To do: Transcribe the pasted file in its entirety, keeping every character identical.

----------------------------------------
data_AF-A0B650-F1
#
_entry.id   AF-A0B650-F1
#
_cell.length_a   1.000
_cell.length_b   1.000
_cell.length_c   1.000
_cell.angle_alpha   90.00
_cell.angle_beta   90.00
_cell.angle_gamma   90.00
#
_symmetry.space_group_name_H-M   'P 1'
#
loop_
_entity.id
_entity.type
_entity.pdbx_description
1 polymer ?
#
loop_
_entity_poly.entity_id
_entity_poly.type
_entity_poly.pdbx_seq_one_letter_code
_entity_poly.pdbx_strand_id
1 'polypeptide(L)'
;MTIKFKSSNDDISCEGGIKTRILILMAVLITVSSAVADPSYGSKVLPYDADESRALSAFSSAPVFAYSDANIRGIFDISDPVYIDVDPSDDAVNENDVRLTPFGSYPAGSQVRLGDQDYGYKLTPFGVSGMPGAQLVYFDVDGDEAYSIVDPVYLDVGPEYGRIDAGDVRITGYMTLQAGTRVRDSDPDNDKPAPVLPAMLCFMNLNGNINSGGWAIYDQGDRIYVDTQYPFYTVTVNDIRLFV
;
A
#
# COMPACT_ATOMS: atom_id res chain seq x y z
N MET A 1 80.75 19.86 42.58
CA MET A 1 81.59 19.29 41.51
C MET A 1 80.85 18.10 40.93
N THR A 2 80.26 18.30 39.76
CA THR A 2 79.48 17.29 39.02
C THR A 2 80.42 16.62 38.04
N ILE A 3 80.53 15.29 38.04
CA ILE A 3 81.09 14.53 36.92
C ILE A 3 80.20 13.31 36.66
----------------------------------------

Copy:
data_AF-A0B650-F1
#
_entry.id   AF-A0B650-F1
#
_cell.length_a   1.000
_cell.length_b   1.000
_cell.length_c   1.000
_cell.angle_alpha   90.00
_cell.angle_beta   90.00
_cell.angle_gamma   90.00
#
_symmetry.space_group_name_H-M   'P 1'
#
loop_
_entity.id
_entity.type
_entity.pdbx_description
1 polymer ?
#
loop_
_entity_poly.entity_id
_entity_poly.type
_entity_poly.pdbx_seq_one_letter_code
_entity_poly.pdbx_strand_id
1 'polypeptide(L)'
;MTIKFKSSNDDISCEGGIKTRILILMAVLITVSSAVADPSYGSKVLPYDADESRALSAFSSAPVFAYSDANIRGIFDISDPVYIDVDPSDDAVNENDVRLTPFGSYPAGSQVRLGDQDYGYKLTPFGVSGMPGAQLVYFDVDGDEAYSIVDPVYLDVGPEYGRIDAGDVRITGYMTLQAGTRVRDSDPDNDKPAPVLPAMLCFMNLNGNINSGGWAIYDQGDRIYVDTQYPFYTVTVNDIRLFV
;
A
#
# COMPACT_ATOMS: atom_id res chain seq x y z
N MET A 1 80.75 19.86 42.58
CA MET A 1 81.59 19.29 41.51
C MET A 1 80.85 18.10 40.93
N THR A 2 80.26 18.30 39.76
CA THR A 2 79.48 17.29 39.02
C THR A 2 80.42 16.62 38.04
N ILE A 3 80.53 15.29 38.04
CA ILE A 3 81.09 14.53 36.92
C ILE A 3 80.20 13.31 36.66